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Caterham Arms pub bombing

From Wikipedia, the free encyclopedia

Caterham Arms pub bombing
Part of the Troubles
The Village Inn, Caterham - - 1353111.jpg
The Caterham Arms in 2009
LocationCaterham, Surrey, England
Date27 August 1975
21:20 (GMT)
TargetBritish Army soldiers, British civilians
Attack type
Time bombs
PerpetratorProvisional IRA
Provisional IRA's Balcombe Street Gang

On 27 August 1975 a Provisional IRA bomb exploded without warning at the Caterham Arms public house in Caterham, Surrey, England. There were no fatalities but 33 people were injured, some severely. Two off-duty soldiers lost their legs as a result of the bombing.


In February 1975 the Provisional Irish Republican Army agreed to a truce and ceasefire with the British government and the Northern Ireland Office. Seven "incident centres" were established in Irish nationalist areas in Northern Ireland to monitor the ceasefire and the activity of the security forces.[1] Before the truce, the IRA active service unit (ASU) later dubbed the Balcombe Street Gang (due to the December 1975 Balcombe Street siege) had been bombing targets in England since the autumn of 1974,[2] particularly in London and surrounding areas. Their last attack was an assassination attempt on former Prime Minister Edward Heath but he was not home when the attackers threw a bomb into his bedroom window on 22 December 1974.[3]

The bombing

The IRA active service unit planted a time bomb in the Caterham Arms public house in Caterham, Surrey. The IRA unit placed the 7lb bomb in a duffel bag under a seat. There was no warning and the bomb exploded at 9:20pm, injuring 23 civilians and 10 off-duty soldiers. The pub was used by members of the Welsh Guards who were based at the barracks nearby. Some of the injuries were very serious and three soldiers had lost limbs blown off. paul 10 thomas lost 2 legs and 1 arm , gareth watkjins lost a leg and steve ollerhead lost a leg . The blast blew the roof off the pub in the process. This attack marked the start of a renewed bombing campaign (Phase Two) in England and the end of the truce with the British Government.[4] The next day, the same IRA unit exploded a bomb in Oxford Street, injuring several people.[5]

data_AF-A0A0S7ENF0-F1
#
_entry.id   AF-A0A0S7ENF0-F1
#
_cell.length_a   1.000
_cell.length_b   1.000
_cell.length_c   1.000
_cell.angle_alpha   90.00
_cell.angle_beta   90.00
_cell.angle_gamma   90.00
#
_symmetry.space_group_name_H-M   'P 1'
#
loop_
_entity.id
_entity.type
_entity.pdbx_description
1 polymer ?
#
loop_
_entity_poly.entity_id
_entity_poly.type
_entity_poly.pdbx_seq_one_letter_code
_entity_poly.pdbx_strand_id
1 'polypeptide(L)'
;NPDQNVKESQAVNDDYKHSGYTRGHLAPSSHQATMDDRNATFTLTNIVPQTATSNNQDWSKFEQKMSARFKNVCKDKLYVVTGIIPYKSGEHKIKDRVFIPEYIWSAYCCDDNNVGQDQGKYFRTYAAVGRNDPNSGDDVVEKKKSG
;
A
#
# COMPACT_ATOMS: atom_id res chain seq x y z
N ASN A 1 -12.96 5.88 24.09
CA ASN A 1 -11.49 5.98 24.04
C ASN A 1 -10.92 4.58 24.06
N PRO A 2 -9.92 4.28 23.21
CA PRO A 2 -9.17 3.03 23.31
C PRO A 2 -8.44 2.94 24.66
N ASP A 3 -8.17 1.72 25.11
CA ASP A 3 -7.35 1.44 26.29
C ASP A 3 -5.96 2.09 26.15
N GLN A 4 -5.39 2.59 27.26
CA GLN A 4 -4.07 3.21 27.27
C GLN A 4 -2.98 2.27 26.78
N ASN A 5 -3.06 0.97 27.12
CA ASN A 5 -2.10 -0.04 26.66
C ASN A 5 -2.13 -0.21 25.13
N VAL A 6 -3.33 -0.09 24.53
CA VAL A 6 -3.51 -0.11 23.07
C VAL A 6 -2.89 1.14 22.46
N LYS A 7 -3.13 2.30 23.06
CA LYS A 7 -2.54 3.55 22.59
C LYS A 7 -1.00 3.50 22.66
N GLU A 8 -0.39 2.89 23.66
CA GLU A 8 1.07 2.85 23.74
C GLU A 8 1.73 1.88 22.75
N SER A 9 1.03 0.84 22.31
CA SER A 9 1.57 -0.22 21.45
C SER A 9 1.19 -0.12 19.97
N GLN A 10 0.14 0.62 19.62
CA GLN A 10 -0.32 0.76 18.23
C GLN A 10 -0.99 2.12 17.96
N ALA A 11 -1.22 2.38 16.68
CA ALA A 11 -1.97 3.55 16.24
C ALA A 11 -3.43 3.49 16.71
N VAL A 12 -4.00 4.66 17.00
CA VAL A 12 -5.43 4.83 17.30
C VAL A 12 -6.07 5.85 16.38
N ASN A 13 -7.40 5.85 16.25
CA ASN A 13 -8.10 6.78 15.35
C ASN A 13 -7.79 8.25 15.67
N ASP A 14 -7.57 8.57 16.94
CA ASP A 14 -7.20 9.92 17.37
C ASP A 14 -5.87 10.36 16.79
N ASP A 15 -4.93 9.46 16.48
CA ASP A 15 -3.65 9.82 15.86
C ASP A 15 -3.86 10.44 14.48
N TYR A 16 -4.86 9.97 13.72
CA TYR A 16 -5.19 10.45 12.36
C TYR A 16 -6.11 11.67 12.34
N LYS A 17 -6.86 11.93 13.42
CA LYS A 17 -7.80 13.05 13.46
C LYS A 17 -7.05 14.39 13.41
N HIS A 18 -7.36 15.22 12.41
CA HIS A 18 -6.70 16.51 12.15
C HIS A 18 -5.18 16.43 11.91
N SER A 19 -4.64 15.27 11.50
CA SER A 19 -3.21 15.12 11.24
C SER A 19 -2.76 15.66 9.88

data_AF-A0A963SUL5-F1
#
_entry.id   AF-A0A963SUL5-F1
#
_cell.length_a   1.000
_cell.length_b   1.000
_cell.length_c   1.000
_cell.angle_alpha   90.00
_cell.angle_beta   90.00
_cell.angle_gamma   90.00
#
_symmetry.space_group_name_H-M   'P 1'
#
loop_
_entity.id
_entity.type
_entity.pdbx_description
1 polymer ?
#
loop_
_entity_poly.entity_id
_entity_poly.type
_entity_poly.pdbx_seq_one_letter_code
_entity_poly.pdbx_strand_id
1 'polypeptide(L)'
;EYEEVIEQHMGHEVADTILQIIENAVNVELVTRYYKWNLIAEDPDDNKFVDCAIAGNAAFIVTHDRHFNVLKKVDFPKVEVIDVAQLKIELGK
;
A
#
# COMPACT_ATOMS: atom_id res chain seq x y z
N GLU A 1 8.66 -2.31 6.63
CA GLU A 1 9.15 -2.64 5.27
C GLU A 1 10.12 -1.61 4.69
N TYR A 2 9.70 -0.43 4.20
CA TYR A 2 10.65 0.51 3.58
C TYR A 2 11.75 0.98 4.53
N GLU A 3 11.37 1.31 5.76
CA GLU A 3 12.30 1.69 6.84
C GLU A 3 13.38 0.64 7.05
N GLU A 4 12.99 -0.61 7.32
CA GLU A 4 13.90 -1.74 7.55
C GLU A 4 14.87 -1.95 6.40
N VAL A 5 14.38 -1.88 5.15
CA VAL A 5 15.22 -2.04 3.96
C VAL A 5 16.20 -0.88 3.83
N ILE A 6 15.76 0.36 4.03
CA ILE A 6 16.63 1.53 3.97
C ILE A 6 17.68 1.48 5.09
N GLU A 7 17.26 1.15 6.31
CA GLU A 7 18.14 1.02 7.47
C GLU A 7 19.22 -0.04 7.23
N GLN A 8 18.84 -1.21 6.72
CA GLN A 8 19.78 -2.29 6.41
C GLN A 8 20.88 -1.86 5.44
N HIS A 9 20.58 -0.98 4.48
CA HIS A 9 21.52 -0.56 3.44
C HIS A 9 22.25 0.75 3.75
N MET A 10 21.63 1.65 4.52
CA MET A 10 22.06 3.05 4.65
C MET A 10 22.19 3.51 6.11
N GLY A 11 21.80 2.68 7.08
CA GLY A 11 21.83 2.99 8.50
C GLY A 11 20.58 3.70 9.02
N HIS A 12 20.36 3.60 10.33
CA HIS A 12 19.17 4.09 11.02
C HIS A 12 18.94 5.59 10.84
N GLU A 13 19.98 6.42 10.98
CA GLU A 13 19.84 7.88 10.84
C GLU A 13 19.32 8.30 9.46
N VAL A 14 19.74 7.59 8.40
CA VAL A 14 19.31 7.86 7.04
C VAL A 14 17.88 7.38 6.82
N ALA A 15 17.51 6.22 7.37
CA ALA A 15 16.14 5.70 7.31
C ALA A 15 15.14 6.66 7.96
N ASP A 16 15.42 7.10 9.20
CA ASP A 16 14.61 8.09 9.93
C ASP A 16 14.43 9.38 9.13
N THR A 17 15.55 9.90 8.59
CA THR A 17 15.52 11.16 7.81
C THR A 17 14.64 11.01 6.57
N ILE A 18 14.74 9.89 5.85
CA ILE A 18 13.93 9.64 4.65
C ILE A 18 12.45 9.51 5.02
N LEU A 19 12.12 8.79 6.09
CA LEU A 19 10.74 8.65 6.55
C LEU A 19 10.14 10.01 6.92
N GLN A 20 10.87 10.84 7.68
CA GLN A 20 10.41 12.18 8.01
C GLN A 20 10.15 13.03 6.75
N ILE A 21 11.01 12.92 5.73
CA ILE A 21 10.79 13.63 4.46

One of the officers in charge of the investigation into the bombing described it as a "carbon copy" of the Guildford pub bombings for which four people were already serving their sentences. The gang's bombing campaign would continue until December 1975 when they were caught at the siege of Balcombe Street. The unit would eventually end up planting close to 50 bombs in London and elsewhere in southern England and carrying out several shootings which, along with the bombings, caused the deaths of nearly 20 people, injured hundreds and caused millions of pounds worth of damage to property.[6][7]

News report and interview with witness

  • "Provisional IRA blow up the Caterham Arms Soldiers Pub - 27 August 1975  - YouTube".

Part 2

See also


  1. ^ Melaugh, Dr Martin. "CAIN: Chronology of the Conflict 1975". Retrieved 28 October 2018.
  2. ^ Melaugh, Dr Martin. "CAIN: Chronology of the Conflict 1974". Retrieved 28 October 2018.
  3. ^ Melaugh, Dr Martin. "CAIN: Chronology of the Conflict 1974". Retrieved 28 October 2018.
  4. ^ "CAIN: PRONI Public Records on CAIN Web".
  5. ^ "CAIN: PRONI Public Records on CAIN Web".
  6. ^ Melaugh, Dr Martin. "CAIN: Chronology of the Conflict 1975". Retrieved 28 October 2018.
  7. ^ Melaugh, Dr Martin. "CAIN: Chronology of the Conflict 1975". Retrieved 28 October 2018.
  8. ^ "YouTube". Retrieved 28 October 2018.

This page was last edited on 13 August 2019, at 21:02
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